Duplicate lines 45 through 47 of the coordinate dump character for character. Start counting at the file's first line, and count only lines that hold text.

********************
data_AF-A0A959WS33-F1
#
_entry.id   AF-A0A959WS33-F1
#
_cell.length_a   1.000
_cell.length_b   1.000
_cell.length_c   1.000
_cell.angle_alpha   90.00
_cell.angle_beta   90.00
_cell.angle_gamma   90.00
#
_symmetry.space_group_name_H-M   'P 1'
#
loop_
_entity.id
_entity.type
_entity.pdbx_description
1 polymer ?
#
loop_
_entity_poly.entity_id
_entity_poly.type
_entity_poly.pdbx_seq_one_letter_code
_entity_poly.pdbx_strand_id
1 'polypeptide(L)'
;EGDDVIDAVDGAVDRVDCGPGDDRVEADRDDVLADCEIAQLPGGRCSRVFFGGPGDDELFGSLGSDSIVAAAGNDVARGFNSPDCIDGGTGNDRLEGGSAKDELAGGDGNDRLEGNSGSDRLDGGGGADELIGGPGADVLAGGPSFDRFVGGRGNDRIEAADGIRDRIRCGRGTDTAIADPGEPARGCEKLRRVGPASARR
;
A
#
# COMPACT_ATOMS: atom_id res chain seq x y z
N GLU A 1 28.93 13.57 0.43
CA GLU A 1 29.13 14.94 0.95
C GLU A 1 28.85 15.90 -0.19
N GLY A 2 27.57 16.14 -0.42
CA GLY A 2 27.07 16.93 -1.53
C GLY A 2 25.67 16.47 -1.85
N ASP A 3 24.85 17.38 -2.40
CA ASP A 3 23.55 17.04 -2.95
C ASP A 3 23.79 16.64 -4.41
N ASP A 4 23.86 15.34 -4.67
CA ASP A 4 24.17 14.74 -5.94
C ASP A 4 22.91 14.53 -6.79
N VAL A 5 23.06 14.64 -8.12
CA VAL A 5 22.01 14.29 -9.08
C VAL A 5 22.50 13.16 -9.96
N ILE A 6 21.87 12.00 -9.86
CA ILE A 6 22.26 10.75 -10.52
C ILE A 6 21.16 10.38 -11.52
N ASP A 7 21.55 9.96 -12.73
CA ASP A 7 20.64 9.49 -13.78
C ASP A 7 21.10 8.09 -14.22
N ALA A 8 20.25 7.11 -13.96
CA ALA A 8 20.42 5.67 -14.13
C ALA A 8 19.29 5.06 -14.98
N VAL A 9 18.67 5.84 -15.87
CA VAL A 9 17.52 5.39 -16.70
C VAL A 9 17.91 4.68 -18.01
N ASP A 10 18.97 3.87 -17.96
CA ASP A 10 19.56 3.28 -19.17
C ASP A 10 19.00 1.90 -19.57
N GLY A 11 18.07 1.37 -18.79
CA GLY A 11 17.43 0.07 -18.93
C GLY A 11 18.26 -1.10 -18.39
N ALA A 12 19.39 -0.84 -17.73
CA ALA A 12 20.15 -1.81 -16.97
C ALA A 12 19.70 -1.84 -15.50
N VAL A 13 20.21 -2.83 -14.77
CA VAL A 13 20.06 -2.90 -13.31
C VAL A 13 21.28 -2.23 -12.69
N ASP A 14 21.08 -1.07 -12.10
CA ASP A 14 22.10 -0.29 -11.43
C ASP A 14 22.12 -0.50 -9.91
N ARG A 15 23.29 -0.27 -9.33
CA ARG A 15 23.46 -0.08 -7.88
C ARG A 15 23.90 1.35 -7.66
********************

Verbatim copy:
C VAL A 5 22.50 13.16 -9.96
N ILE A 6 21.87 12.00 -9.86
CA ILE A 6 22.26 10.75 -10.52